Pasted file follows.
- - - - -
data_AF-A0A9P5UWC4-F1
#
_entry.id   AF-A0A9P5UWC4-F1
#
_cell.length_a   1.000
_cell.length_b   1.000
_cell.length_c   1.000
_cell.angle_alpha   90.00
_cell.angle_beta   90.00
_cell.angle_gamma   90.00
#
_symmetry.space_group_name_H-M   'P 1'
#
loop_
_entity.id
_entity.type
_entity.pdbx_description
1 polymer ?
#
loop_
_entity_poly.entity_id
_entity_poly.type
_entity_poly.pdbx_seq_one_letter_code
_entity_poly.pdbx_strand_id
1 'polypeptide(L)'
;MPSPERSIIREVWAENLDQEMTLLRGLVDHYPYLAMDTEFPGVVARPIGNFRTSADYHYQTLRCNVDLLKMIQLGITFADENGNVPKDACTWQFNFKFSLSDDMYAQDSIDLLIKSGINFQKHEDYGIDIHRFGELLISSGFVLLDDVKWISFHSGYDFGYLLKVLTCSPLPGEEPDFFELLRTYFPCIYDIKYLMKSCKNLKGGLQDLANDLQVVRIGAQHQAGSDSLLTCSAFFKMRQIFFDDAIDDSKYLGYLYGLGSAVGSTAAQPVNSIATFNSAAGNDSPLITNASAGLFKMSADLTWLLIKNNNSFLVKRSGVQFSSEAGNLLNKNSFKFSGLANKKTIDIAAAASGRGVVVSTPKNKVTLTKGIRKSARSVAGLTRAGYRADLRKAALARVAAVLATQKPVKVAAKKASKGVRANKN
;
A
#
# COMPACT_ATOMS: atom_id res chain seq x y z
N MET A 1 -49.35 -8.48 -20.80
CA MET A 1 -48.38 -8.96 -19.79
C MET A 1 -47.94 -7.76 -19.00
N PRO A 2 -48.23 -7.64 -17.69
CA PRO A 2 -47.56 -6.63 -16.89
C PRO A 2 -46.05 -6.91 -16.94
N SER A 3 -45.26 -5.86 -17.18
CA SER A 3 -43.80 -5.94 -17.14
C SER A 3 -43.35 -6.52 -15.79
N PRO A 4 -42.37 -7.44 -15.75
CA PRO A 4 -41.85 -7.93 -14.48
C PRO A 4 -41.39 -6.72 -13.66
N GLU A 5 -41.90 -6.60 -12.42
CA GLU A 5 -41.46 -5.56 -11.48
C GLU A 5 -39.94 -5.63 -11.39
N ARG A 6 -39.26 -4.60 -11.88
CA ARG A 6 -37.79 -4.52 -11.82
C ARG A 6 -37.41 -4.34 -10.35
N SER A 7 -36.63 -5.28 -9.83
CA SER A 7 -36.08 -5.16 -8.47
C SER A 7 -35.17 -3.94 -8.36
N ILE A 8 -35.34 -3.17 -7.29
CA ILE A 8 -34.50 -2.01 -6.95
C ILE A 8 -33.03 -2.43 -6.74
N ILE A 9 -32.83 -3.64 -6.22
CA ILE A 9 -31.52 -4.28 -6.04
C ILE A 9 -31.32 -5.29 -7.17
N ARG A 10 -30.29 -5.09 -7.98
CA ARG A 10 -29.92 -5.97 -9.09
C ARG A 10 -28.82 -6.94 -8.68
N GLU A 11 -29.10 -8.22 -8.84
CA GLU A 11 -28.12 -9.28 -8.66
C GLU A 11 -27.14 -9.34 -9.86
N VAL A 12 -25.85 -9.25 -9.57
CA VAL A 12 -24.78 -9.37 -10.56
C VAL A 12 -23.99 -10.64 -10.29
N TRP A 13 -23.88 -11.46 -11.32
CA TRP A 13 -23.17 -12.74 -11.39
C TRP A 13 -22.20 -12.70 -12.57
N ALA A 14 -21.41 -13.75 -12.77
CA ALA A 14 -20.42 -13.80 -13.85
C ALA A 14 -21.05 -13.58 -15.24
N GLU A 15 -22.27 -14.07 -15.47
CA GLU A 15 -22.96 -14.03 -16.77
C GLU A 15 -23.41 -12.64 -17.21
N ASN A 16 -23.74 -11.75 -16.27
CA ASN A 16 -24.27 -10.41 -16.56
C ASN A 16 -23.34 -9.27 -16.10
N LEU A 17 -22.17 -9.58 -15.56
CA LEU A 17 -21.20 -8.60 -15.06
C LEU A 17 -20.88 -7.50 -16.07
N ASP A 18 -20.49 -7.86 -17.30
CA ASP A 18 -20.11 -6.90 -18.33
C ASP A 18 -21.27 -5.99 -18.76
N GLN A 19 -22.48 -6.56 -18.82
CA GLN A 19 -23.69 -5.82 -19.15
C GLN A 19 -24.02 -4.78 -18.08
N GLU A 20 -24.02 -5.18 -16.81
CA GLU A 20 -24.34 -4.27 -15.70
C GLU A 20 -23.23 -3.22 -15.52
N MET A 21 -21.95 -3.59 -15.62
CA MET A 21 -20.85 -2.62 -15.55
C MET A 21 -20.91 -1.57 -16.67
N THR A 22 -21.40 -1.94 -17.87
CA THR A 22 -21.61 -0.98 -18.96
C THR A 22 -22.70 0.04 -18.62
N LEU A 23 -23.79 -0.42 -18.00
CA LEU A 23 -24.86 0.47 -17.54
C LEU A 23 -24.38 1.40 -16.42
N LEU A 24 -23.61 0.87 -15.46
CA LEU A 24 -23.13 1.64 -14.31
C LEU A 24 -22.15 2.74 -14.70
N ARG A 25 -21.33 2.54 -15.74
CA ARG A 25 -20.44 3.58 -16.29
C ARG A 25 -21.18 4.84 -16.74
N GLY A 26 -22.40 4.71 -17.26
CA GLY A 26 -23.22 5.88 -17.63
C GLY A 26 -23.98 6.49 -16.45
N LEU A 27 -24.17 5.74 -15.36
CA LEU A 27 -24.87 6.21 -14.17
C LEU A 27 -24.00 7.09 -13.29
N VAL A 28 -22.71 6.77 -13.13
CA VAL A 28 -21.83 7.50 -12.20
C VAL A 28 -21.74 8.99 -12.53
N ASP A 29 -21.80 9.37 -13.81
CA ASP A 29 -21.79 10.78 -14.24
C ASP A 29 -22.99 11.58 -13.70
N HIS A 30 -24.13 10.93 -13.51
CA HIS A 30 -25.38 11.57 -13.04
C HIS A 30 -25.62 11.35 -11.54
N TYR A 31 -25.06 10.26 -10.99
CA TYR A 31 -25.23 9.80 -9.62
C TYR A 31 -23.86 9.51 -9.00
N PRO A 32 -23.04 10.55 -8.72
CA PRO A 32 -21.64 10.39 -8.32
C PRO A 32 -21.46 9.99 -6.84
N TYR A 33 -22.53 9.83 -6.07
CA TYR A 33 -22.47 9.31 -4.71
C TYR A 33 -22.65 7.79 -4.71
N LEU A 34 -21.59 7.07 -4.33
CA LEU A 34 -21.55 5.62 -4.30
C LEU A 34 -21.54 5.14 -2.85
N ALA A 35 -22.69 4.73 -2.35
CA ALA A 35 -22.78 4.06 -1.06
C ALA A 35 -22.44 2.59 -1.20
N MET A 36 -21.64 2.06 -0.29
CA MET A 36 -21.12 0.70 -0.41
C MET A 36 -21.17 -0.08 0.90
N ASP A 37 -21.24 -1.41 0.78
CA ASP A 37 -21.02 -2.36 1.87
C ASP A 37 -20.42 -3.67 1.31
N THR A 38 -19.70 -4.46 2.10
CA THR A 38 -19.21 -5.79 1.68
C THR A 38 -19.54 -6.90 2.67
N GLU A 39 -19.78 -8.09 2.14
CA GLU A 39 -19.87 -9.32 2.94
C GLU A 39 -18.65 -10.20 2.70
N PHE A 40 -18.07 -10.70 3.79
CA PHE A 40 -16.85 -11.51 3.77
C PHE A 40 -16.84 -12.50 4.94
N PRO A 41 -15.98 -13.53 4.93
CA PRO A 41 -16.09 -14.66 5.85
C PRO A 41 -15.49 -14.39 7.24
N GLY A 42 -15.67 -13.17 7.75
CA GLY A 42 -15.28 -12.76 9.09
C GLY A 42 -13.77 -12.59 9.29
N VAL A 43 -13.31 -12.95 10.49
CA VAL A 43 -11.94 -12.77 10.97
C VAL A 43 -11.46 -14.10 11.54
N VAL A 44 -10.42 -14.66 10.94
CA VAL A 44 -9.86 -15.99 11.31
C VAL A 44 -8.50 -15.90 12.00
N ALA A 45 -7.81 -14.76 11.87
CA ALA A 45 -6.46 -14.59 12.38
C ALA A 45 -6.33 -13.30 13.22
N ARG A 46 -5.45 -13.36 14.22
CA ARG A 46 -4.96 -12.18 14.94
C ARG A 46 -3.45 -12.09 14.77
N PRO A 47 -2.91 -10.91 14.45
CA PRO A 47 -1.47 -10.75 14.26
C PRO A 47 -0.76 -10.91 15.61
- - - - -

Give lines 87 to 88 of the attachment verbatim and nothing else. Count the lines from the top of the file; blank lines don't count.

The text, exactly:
C GLN A 19 -24.02 -4.78 -18.08
N GLU A 20 -24.02 -5.18 -16.81